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    Part 6

    Dueling it Out on a Three Feet Wide Board

    Some compare the theory of Weiqi to the Art of War. Others compare it to the way of proper conduct. Indeed, the theory can be applied to a vast variety of things. During the Nan Dynasty, Emperor Liang Yuan Di, Xiao Yi was the king of Xiangdong. In the third year of Tai Qing, he led an expedition army against the king of Hedong, Xiao Yu (his brother). Xiao Yu's slogan against this expedition was, "Xiangdong has only one eye." Xiao Yi lost an eye during his childhood and Xiao Yu used a Go proverb to mock Xiao Yi, signaling that with one eye, he is bound to die. In Han Yu Ben Ji of Shi Ji, it was mentioned that Han Yu and Liu Bang divided China by signing a treaty that gave the territory west of Hong Gou to Liu Bang and east of Hong Gou to Han Yu. Analogies have often been drawn between this incident and seki or dual lives that occur on a Go board. Huang Tingjiang of Bei Song Dynasty wrote the following famous poem, "When I am free and have time to rest; I like to play Weiqi and chat. My heart is anxious like a spider web floating in the sky; My body is still like a cricket transforming into a withered branch. Xiang Yi had one eye but he lived; a dual-live was persisting but won by Liu Bang, who said I value every second of the day? I do not even know the time had passed midnight!"

    This is indeed a well-written poem. However, it's a bit difficult to tell if one is applying stratagems to Go, or is it the other way around. This poem has been well received. Deng Yuan Hui of Qing Dynasty, praised Huang's poem as one of the best, with profound meaning.

    As early as the Dong Han Dynasty, two philosophers stressed the analogies between Weiqi and war maxims. Hen Tan said in Xin Lun, "There is the game of Weiqi, or the game of war. Best players deploy their troops effectively, and take advantage of the whole board position. Mid-level players are good in taking profits through attacking. Weak players take small profits by defending their groups and making life." Ma Yong also wrote, "The game of Weiqi is a game of warfare, turning the three foot board into a battlefield. When the soldiers on each side face each other, it looks like they are evenly matched. Clumsy strategies are useless and the weak will certainly perish." From this, it is plausible that ancient Chinese (as early as the Han and Wei Dynasties) used Weiqi to simulate warfare, much like modern generals analyze battles on a computer screen.

    Not only can Weiqi give insight to fighting a war, it can also be used to govern a country. In Xin Wu Dai Shi, edited by Auyang Xiu of Bei Song Dynasty, it was written, "The secret to have a peaceful country that is free of rebellions can be learnt from Weiqi. One must know all the right plays in the right locations at the right time." Besides stratagems, Weiqi is also referred to in ancient literatures as the symbol for power. There is a saying, "A single play that claims victory", which has been used to describe individuals who claimed kingship. In the Legend of Tang, there is a chapter called the "Bearded Musketeer", which mentioned the story of claiming kingship on the Weiqi board, instead of the battlefield. During the end of the Sui Dynasty, there were three musketeers, known as Li Jin, Hong Fu Nu, and the Bearded Musketeer. All of them had great ambitions, especially the Bearded Musketeer who wanted to be king. A sorcerer told the Bearded Musketeer that the king's presence can be felt in Tai Yuan. He then traveled to Tai Yuan with Li Jin and Hong Fu Nu. At Tai Yuan, they heard that the son of Li Yuan (a judge) called Li Shiming was a person of great charisma, and asked another judge Liu Wen to arrange for their meeting. The Bearded Musketeer pretended that he wanted to challenge Li Shiming in Weiqi, but instead, he wanted to explore Li who might fight over the kingship with him. When the Bearded Musketeer finally met Li, he found him of great character and very friendly. The Bearded Musketeer placed a stone at the star point and shouted, "I'll take the four corners of the world!" (See cover artwork with Li playing go against the Bearded Musketeer.) Li did not extend along the side of the board but placed a stone right in the center (Tengen) and said, "I'll capture the victory with one play!" Everyone was surprised by this unusual play. The Bearded Musketeer realized immediately that Li had what it takes to become a king. He resigned by saying, "I lost! One mistake cost me the game. What can I say." He then left Tai Yuan and gave up his plan of becoming the king. Indeed, after a few years, Li became the king of China, known as the Tai Zhong, the first emperor of the Tang Dynasty.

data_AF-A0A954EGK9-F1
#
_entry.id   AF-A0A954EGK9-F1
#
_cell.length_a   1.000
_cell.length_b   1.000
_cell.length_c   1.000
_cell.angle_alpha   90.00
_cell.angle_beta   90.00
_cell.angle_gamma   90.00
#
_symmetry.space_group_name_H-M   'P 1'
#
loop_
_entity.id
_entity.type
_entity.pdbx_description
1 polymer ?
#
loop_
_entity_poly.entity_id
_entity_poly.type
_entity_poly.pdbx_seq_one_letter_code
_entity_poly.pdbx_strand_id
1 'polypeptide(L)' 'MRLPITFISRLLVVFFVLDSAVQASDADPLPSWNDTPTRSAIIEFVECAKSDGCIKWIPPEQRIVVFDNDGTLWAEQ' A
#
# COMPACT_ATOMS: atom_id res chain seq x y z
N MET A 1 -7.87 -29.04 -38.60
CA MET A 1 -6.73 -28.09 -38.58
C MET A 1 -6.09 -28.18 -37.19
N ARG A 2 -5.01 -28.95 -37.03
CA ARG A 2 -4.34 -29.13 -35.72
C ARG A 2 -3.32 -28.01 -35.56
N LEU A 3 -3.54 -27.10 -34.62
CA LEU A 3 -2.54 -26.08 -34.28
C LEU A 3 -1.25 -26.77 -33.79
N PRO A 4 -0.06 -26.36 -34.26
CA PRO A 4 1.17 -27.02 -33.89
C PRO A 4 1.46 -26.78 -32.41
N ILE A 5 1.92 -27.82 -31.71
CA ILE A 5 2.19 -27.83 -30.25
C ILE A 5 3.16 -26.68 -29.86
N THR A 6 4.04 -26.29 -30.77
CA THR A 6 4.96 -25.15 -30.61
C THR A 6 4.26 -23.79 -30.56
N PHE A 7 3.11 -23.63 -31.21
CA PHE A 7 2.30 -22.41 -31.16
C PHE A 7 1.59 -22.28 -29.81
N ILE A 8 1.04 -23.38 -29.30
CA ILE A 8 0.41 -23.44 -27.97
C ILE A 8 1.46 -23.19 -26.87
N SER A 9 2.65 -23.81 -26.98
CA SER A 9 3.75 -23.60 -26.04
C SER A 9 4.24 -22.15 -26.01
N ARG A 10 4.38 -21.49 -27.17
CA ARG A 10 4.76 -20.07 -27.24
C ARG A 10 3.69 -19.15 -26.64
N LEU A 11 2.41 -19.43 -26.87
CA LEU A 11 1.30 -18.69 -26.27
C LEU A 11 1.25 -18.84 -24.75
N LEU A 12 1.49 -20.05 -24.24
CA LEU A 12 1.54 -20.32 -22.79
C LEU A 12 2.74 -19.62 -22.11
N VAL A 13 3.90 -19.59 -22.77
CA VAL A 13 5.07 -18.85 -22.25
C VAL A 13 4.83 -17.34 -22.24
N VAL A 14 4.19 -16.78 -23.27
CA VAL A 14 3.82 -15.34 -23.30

The game of Go normally starts from the corners with literally thousands of josekis. However, not too many people will play at the center before occupying the corners and sides. Why the Bearded Musketeer resigned may be puzzling to the reader, because playing recklessly at the center does not reflect the character of a king who has to rule over the entire country. However Li wasn't just any king. He established the Tang Dynasty single-handedly. So for him, it might be okay to play an unorthodox play. Actually the play at Tengen is like a king sitting in the center, overseeing the entire world (board)!

    Copyright Yutopian Enterprises 1999.

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